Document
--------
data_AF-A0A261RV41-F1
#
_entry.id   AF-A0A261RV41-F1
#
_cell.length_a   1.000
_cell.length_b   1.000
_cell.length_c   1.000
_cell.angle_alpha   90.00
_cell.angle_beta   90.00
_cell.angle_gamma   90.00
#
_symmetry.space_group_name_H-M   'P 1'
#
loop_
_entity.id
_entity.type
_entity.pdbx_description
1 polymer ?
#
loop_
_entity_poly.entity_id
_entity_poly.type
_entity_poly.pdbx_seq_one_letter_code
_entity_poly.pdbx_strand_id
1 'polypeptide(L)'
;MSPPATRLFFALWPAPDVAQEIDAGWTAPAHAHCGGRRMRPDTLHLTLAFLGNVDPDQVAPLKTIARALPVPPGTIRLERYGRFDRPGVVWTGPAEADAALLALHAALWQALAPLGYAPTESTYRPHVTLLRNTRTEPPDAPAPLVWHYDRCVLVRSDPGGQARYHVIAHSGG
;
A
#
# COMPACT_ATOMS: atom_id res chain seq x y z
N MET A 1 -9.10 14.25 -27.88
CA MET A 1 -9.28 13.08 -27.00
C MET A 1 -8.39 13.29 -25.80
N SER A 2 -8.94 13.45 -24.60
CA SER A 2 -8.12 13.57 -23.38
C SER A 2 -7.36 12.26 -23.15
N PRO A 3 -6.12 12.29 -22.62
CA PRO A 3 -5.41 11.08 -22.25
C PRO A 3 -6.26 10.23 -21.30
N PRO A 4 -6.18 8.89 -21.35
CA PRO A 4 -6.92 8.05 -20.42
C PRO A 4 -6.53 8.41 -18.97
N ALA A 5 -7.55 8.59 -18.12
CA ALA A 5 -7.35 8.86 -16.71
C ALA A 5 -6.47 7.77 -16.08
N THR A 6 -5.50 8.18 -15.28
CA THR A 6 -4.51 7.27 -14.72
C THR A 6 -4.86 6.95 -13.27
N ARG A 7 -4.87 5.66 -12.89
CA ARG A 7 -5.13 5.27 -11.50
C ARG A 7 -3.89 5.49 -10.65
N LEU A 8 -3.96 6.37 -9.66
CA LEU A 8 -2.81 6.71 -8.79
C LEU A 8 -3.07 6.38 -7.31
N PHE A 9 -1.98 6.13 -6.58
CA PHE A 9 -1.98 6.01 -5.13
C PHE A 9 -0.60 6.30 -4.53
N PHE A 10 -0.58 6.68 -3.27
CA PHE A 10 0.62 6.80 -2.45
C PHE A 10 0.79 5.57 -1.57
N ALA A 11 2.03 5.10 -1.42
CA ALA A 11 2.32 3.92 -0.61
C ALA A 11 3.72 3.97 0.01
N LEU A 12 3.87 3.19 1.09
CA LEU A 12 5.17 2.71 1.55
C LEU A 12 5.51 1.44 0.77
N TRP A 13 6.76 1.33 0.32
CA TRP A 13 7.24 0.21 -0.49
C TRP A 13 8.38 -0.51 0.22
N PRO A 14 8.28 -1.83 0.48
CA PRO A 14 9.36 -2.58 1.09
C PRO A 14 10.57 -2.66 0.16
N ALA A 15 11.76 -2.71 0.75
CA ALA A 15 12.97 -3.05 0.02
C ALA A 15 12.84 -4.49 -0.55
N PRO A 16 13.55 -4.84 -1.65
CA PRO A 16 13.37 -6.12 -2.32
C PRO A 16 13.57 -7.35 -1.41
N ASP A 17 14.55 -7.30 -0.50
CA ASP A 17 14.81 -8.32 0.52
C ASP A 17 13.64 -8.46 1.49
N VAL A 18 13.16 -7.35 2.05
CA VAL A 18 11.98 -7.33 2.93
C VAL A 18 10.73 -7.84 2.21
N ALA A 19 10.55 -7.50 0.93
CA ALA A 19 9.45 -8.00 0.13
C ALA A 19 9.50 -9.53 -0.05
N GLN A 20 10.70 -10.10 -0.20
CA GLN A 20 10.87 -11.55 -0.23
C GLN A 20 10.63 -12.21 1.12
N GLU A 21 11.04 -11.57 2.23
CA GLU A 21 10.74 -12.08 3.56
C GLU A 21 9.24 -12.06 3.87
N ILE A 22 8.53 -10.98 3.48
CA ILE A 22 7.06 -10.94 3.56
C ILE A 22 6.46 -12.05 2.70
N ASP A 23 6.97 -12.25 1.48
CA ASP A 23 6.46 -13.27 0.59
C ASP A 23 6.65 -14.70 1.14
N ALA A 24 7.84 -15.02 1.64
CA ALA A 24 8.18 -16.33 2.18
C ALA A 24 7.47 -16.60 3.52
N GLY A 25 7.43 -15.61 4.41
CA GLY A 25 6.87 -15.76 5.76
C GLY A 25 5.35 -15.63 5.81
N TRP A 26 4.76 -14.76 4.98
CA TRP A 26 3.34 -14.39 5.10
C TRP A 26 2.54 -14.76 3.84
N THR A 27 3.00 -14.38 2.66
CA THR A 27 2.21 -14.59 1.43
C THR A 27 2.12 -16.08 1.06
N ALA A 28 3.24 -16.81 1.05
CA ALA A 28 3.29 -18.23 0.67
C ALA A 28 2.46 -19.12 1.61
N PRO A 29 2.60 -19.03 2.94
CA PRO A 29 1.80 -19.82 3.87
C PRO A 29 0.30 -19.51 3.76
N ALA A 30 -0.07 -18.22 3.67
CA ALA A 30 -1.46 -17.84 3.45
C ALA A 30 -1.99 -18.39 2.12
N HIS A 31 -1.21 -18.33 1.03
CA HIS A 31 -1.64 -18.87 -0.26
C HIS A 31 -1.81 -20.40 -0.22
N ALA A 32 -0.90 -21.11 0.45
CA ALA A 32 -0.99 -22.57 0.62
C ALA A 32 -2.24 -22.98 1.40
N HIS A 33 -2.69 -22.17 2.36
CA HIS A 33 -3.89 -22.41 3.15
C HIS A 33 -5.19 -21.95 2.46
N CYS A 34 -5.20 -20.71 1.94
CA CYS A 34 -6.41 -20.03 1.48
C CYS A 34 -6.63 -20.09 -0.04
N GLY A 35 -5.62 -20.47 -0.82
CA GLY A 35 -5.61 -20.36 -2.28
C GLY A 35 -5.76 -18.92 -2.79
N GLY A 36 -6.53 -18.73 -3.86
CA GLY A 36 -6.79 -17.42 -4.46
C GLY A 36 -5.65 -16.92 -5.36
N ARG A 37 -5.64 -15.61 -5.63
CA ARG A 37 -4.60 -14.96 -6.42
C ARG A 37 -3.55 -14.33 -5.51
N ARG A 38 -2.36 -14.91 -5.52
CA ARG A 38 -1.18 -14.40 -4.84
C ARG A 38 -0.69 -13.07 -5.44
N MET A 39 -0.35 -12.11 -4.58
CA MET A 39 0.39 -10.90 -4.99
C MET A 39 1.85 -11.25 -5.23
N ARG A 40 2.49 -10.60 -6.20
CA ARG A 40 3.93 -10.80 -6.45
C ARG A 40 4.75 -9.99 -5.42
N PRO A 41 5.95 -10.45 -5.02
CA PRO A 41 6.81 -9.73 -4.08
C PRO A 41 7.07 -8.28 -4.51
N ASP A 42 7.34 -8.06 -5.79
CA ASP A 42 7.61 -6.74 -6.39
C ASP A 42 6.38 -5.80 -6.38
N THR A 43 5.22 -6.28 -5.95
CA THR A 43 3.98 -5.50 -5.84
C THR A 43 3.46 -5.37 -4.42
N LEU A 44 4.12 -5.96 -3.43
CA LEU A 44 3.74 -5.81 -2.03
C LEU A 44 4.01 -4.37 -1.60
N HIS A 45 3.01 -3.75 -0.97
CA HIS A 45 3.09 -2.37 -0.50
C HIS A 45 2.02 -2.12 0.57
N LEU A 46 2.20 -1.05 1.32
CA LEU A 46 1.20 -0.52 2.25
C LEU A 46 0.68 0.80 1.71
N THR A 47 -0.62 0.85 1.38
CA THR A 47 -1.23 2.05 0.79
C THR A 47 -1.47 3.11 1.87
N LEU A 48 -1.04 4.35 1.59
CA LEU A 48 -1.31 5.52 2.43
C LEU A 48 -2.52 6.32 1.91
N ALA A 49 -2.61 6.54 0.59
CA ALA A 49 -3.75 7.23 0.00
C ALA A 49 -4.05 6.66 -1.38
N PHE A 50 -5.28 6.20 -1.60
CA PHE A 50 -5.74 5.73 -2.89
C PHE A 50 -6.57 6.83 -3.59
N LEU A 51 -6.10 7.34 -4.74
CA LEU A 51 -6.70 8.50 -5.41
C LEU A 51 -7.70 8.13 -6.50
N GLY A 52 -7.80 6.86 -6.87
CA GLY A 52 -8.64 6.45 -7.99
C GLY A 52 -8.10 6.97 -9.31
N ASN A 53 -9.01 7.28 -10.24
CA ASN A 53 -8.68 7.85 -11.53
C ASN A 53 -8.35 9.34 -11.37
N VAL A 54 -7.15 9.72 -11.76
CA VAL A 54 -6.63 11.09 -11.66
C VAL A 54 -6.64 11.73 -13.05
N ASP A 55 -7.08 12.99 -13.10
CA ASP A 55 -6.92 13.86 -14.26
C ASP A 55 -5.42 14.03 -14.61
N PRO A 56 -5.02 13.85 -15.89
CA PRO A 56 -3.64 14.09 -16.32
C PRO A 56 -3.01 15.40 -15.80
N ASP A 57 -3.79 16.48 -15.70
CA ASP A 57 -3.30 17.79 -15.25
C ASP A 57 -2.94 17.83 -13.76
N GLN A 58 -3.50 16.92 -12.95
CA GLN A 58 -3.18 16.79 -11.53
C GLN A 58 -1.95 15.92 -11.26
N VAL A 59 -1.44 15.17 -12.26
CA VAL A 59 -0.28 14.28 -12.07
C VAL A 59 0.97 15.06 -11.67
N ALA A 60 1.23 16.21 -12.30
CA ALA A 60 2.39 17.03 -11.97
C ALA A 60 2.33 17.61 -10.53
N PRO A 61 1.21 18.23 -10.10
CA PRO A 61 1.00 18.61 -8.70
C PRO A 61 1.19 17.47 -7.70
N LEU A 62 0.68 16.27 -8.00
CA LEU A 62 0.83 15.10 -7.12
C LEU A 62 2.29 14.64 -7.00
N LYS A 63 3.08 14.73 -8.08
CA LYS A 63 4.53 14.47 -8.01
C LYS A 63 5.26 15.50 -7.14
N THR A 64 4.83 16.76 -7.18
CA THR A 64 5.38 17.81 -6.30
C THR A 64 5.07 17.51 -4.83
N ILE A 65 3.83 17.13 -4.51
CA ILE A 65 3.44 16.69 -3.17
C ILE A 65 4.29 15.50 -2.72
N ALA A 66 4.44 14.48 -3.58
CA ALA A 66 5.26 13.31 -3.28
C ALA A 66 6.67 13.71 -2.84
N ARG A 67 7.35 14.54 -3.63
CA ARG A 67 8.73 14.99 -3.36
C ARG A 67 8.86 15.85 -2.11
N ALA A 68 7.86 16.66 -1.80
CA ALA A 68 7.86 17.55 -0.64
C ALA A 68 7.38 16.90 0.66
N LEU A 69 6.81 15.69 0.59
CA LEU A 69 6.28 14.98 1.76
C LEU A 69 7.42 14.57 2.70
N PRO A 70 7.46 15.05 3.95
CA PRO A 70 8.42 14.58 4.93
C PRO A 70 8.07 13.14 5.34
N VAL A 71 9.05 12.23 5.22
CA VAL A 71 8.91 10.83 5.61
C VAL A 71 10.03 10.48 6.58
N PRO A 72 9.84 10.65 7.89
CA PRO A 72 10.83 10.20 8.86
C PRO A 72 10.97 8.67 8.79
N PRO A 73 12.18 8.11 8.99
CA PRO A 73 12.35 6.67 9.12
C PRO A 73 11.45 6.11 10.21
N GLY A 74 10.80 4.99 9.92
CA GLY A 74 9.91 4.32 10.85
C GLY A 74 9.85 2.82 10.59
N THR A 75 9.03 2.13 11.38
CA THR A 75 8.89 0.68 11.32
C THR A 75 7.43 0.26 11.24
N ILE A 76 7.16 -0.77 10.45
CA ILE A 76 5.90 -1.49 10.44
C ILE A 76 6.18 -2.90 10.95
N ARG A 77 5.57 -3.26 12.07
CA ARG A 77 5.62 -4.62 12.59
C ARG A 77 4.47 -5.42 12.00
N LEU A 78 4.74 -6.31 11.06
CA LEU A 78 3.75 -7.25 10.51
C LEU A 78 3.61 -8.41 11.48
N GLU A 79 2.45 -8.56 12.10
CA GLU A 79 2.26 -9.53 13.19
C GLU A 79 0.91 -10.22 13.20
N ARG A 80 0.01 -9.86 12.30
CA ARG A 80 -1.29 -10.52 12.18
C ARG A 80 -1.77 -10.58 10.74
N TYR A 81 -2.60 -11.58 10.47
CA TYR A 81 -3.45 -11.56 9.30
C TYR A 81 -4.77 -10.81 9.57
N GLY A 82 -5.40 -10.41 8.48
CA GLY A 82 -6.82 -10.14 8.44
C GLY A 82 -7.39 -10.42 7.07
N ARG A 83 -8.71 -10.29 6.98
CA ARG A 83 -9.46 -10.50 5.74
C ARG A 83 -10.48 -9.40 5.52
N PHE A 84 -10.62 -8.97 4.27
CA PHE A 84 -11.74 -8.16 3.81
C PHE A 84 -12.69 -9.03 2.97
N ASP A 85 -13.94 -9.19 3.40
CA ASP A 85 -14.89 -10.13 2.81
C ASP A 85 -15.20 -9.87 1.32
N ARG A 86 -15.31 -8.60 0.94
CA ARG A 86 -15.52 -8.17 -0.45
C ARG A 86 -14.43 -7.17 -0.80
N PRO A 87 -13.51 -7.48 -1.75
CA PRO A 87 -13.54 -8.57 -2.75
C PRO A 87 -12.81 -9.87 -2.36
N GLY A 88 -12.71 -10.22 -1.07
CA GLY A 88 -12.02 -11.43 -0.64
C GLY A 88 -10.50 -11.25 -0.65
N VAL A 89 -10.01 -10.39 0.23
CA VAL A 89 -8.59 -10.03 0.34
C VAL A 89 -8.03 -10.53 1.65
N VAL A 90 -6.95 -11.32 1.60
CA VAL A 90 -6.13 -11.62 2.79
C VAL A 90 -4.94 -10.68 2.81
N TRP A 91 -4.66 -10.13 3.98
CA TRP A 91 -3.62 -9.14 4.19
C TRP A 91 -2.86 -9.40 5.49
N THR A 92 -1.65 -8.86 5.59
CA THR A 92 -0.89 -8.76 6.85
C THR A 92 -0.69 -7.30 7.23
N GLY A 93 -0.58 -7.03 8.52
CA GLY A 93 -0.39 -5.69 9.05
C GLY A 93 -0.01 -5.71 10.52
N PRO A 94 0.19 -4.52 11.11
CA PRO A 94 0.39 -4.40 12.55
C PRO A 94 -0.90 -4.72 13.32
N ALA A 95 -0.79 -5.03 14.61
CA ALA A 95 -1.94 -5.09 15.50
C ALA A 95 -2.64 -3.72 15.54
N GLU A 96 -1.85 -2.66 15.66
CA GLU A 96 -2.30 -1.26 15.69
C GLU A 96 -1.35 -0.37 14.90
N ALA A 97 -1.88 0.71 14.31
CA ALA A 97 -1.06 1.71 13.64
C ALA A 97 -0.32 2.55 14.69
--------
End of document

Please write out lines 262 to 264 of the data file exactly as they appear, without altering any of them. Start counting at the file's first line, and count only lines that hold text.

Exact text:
N LEU A 78 4.74 -6.31 11.06
CA LEU A 78 3.75 -7.25 10.51
C LEU A 78 3.61 -8.41 11.48